There are drawbacks to the proposed prototype and these reflect the general design process which was essentially a problem solving exercise. These problems are brought to light during the design process and require reflection on the social justice issue and proof of concept at hand. The design process was essentially either proposing an idea or scrutinizing it with the assumption that the proposal was innately flawed. Throughout this process, we would generate dialogue as to what was an acceptable and effective solution to solve the specific problem at hand. By no means have we tackled all of the design flaws and potential issues inherent in our proposed prototype, however there were a few that we felt to be quite obvious and jarring.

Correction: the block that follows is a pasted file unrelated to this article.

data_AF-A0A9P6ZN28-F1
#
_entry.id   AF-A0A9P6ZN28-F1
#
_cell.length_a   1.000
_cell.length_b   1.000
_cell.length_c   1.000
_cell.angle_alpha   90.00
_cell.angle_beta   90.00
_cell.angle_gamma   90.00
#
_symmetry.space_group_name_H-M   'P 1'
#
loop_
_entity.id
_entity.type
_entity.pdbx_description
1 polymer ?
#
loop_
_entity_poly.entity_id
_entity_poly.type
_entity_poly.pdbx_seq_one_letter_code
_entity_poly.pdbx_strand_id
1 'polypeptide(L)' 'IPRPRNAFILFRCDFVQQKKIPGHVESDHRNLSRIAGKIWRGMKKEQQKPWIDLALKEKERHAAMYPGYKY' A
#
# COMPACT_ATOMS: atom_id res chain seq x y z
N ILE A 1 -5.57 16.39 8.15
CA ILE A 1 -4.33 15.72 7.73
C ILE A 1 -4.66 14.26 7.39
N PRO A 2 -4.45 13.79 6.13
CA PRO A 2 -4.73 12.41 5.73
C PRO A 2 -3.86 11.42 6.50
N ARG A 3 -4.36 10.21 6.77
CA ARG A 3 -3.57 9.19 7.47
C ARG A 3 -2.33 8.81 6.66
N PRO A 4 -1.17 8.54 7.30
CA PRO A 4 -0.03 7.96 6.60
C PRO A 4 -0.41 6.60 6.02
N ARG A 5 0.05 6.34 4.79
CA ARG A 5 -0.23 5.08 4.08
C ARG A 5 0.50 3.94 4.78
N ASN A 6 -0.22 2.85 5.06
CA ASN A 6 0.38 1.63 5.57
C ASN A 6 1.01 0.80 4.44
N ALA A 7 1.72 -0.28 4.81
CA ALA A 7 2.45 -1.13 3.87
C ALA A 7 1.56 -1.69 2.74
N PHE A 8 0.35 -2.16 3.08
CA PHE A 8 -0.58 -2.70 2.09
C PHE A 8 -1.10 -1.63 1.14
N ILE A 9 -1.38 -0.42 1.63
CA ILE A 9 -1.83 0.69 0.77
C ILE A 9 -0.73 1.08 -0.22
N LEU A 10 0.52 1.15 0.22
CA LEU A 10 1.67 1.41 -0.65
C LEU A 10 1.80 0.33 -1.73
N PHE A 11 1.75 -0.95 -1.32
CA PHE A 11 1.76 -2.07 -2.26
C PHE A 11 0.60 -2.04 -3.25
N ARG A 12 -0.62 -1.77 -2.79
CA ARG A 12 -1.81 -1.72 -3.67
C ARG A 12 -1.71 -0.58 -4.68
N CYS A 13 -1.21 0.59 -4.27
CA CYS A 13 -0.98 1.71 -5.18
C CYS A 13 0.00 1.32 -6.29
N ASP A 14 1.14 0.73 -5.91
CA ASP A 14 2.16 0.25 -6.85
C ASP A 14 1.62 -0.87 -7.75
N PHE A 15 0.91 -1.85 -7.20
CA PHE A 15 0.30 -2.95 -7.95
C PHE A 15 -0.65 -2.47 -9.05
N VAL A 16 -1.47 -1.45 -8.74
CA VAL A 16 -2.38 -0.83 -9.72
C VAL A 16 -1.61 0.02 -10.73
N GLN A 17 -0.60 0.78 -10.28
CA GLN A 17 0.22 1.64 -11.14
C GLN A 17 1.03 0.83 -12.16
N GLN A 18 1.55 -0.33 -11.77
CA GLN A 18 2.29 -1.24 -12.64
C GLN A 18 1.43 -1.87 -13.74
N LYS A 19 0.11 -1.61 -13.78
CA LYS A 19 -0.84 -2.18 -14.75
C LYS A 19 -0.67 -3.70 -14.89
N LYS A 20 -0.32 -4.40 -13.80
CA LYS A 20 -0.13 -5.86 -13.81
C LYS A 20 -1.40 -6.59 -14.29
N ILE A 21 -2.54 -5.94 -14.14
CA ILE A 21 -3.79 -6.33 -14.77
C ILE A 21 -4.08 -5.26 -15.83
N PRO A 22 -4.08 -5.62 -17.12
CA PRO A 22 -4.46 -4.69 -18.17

The first and most obvious problem we thought of was that of personal rights, including anonymity. Although we already live in a world filled with cell phones which can be tracked, knowingly carrying a GPS on your person is still not ideal to maintain safety. The fact that we had to come up with a technology for this social justice issue illuminates the fact that humans have done poorly to change their behaviour. GPS tracking can easily be abused by either campus security staff, or those who have or gain access to the GPS tracking terminal. There is a very real threat of a hacker gaining access to the terminal and instead of using it to protect people, they could use it to track and hurt people. Furthermore, we were not sure whether student data should be stored or erased every so often. Tracking student movements seems a little totalitarian, however, the data could be useful when trying to help solve a case of campus violence.